Personalized medicine for kids: A 3D printing company could disrupt medical device sector

MakerBot 3D printerFor all of the interesting applications for 3D printing in healthcare, its potential for pediatrics is the most compelling. It offers a way for medical devices to be customized for children who may have any number of developmental disorders that make simply adapting an adult medical device for kids impractical. A startup that wants to use 3D printing to develop disruptive devices for pediatrics could shake things up.

3D Pediatrics was formed through DreamIt Ventures’ one-year program with Children’s Hospital of Philadelphia called Open Canvas@CHOP to help companies identify opportunities to commercialize their technology. A second company, called Haystack, wants to make protecting patients’ privacy through electronic medical records easier.

Steve Barsh is the so-called Expedition Leader at CHOP 3D Pediatrics. He was a managing partner at DreamIt until his own entrepreneurial interests lured him away in 2010. CHOP 3D Pediatrics is made up of several cross-discipline CHOP professionals, who are participating on a part-time basis, along with several outside folks that have come in through DreamIt. It’s exploring several ideas and opportunities in the 3D space, according to Barsh.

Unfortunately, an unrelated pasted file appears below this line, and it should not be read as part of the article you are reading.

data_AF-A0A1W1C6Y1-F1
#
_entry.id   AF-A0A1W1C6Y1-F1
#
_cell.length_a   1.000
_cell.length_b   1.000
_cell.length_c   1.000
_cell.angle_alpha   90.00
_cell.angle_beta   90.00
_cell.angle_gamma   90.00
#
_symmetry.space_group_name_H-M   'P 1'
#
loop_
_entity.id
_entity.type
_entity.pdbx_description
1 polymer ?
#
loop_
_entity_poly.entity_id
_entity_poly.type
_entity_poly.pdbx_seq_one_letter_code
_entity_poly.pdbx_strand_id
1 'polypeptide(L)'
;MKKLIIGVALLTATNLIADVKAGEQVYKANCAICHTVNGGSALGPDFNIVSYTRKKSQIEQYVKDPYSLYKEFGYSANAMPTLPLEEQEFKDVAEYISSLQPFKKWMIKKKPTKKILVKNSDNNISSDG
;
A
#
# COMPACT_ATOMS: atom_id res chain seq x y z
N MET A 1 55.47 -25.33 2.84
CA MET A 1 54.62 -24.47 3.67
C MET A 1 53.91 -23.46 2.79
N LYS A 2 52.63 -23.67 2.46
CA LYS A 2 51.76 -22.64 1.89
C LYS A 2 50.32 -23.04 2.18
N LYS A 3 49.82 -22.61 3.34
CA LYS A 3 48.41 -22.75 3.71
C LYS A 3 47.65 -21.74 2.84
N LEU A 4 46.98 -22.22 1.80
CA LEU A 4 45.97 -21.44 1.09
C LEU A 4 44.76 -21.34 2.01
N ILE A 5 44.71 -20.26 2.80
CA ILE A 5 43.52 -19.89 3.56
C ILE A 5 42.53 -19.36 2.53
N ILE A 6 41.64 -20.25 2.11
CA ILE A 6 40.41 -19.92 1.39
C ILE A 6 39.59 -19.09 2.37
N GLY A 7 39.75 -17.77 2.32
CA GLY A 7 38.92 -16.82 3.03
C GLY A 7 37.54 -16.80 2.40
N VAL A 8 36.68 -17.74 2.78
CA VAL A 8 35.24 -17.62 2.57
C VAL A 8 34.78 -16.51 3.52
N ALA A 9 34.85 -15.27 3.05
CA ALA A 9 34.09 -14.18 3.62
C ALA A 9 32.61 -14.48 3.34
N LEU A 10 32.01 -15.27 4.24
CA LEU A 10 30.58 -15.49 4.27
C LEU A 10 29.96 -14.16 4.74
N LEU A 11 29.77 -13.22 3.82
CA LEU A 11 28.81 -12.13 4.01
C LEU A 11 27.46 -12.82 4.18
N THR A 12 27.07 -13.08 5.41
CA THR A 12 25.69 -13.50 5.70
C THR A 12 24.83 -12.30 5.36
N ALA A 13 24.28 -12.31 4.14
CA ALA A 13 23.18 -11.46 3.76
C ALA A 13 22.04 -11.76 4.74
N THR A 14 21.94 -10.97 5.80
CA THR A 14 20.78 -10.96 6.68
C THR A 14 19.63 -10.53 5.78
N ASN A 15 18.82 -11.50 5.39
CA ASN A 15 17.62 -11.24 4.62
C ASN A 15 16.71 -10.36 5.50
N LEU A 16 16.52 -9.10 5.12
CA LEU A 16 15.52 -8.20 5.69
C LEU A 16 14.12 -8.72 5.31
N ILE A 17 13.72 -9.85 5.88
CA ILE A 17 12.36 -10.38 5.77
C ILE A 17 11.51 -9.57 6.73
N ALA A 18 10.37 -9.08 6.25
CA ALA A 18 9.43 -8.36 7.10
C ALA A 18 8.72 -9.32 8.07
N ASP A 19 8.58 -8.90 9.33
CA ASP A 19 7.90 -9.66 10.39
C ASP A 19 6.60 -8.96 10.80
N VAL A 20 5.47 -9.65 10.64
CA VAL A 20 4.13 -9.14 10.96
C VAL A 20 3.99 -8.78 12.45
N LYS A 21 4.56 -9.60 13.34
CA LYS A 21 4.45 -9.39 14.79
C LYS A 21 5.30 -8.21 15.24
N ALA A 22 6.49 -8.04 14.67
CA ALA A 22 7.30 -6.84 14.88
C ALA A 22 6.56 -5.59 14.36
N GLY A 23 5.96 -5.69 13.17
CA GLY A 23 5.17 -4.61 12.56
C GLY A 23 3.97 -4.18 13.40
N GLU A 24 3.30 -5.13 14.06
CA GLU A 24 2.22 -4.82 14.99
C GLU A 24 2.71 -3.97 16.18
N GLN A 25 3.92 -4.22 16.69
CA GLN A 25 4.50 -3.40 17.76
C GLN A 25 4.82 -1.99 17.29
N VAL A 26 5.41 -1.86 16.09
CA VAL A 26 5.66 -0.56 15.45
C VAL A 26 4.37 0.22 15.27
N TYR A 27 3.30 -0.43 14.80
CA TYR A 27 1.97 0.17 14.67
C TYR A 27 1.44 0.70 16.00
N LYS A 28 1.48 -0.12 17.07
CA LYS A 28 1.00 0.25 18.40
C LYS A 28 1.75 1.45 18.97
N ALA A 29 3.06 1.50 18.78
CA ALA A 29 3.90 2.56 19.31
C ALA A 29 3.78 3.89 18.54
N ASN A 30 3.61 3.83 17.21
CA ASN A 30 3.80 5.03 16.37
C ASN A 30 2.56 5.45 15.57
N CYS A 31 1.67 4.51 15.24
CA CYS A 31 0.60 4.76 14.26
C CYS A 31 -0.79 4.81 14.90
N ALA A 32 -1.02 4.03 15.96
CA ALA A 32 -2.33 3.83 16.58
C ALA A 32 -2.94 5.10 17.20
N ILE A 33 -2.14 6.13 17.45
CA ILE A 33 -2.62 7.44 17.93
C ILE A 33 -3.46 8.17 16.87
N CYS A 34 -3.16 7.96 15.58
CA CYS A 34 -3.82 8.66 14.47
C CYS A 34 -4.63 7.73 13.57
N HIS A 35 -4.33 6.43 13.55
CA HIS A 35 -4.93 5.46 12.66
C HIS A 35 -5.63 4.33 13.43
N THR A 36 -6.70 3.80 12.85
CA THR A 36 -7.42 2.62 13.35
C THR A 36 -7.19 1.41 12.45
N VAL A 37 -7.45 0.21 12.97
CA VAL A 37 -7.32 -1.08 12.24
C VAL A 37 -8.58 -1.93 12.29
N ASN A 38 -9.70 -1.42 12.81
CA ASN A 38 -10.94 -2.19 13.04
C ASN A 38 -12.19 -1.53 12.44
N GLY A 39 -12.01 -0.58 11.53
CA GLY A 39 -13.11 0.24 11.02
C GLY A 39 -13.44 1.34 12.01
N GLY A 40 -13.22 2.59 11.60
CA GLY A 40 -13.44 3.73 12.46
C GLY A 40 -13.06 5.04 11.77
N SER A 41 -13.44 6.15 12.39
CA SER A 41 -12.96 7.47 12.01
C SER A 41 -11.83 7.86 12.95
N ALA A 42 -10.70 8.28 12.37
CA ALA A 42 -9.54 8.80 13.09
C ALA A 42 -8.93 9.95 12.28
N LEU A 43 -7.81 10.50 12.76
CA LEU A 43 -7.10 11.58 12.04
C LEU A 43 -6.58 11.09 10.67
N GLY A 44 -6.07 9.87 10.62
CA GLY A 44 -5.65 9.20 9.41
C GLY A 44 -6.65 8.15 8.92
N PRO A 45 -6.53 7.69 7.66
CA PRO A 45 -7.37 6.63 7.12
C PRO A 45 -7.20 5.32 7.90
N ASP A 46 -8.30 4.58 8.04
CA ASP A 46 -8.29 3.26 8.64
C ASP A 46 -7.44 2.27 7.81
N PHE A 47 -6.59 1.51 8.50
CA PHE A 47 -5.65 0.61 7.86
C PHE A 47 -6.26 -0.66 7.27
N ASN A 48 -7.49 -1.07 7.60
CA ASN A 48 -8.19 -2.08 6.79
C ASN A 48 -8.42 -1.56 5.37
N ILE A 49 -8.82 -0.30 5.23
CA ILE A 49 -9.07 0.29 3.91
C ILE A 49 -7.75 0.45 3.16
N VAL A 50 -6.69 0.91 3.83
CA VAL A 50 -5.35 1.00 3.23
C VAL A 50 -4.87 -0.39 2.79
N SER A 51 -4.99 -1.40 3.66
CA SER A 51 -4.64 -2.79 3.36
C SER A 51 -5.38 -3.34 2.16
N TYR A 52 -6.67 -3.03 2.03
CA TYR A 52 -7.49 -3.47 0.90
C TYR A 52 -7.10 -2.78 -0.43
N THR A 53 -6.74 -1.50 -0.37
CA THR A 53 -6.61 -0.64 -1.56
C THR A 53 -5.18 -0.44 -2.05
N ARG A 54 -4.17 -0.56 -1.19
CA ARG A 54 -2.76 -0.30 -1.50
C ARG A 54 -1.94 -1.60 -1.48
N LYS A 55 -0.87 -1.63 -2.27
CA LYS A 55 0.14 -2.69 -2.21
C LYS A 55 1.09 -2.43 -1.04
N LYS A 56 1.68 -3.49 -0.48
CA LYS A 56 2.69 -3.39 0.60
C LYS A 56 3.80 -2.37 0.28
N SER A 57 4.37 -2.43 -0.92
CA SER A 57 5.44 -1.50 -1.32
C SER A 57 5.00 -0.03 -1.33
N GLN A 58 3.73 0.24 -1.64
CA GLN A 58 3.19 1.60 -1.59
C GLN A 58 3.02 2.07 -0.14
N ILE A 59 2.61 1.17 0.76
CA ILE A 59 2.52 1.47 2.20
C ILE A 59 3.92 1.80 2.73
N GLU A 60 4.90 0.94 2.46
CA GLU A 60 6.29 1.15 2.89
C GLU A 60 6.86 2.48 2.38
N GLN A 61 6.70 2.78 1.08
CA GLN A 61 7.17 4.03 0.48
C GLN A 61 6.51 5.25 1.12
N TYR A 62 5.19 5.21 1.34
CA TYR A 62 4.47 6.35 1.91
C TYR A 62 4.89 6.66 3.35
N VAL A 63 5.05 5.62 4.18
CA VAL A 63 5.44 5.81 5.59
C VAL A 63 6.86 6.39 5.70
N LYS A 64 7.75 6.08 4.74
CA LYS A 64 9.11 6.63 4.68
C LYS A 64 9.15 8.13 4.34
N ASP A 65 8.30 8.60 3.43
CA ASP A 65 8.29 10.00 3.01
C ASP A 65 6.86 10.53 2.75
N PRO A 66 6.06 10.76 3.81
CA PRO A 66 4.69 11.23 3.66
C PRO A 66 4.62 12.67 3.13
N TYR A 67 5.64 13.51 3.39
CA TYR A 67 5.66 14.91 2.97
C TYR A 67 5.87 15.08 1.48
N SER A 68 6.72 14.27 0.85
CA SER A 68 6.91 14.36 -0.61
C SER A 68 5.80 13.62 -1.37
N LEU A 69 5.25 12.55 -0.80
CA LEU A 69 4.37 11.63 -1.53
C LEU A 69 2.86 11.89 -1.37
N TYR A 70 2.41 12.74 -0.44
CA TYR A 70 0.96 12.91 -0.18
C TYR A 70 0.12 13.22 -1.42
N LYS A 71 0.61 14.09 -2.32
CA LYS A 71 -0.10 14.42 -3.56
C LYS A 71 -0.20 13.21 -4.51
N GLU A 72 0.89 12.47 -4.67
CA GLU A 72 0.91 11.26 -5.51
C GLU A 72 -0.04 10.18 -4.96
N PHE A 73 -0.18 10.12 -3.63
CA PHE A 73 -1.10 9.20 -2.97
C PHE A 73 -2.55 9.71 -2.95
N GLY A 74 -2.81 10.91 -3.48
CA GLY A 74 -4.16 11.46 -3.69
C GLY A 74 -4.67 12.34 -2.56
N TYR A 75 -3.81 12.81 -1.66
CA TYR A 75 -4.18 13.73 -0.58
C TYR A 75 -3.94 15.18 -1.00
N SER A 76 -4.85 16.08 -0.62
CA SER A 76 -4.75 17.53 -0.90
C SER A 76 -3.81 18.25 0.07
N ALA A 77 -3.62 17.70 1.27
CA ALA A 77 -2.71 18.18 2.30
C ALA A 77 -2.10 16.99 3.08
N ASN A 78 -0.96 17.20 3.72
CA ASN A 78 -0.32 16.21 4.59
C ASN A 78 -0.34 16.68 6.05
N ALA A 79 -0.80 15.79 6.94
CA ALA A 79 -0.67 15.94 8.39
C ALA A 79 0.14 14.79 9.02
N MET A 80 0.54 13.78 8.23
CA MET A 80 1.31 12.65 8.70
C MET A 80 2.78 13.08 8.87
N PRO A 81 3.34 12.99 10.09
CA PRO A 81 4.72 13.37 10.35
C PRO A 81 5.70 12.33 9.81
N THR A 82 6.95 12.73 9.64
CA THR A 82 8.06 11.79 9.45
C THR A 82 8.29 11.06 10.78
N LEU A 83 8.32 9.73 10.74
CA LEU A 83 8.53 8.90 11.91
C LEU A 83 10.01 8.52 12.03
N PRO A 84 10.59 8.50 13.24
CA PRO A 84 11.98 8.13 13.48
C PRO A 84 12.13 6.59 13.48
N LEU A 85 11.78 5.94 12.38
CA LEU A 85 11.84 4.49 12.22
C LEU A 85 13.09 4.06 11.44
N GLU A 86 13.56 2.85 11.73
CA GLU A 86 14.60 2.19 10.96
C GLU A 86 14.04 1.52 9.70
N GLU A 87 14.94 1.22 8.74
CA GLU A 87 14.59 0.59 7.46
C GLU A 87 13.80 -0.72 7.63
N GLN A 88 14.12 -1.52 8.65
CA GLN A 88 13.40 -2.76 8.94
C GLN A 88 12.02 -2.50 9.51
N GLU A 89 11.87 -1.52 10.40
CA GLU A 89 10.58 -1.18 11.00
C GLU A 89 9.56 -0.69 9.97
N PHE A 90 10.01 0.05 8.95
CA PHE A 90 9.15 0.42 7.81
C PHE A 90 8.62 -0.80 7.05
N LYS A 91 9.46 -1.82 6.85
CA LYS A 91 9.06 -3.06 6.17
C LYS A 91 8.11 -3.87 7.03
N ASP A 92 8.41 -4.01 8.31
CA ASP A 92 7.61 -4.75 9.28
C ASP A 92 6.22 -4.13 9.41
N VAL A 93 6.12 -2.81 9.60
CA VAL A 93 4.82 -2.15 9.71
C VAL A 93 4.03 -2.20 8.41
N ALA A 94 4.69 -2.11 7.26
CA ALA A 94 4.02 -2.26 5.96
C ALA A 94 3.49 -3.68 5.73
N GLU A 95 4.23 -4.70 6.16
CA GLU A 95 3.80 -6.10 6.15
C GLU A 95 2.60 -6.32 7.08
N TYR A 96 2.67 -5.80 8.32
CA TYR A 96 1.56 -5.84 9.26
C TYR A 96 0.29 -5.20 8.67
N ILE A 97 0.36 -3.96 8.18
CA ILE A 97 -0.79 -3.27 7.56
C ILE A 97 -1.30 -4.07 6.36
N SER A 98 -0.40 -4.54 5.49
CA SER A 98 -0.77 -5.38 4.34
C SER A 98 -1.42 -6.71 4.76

He would just as soon the company not be pinned down to any one 3D printing application. After all, it’s in stealth mode and it’s early days. A lot can happen in 12 months. But a look at a couple of regional initiatives in 3D printing in the past six months offers a couple of clues as to the direction the company could take.


A recent example of an idea that grabbed the attention of the 3D printing think tank at CHOP co-founded by anesthesiologist Jorge Galvez involved intubation devices for anesthesiologists. The group has been collaborating with University of Pennsylvania engineering students Nicholas McGill and Michael Rivera after they won a challenge by the Society for Technology in Anesthesia. They successfully used a 3D printer to develop a Williams intubating airway that could be adjusted based on measurements from a CT or MRI scan.

It’s not so difficult to imagine a repository of 3D printing applications created by pediatric physicians across different specialties. After all, one of the goals of the 3D printing think tank is to develop devices across disciplines such as cardiology; anesthesiology; ear, nose and throat; and interventional radiology. In a different approach, the company could whittle down a pipeline of ideas to a manageable number and figure out the best way forward.

Earlier this year Galvez told MedCity News: “There’s a lot of low-hanging fruit in this area, such as customized prosthetics… The challenge is not about using the printer, but having the knowledge and expertise to know what the needs of each specialty are.

Last Fall, Philadelphia institutions formed a local chapter of the Pediatric Medical Device Consortium — one of seven funded by the U.S. Food and Drug Administration. The group, which includes engineers and biomedical researchers from CHOP, Drexel University and the University of Pennsylvania, addresses the shortage of medical devices designed for children.

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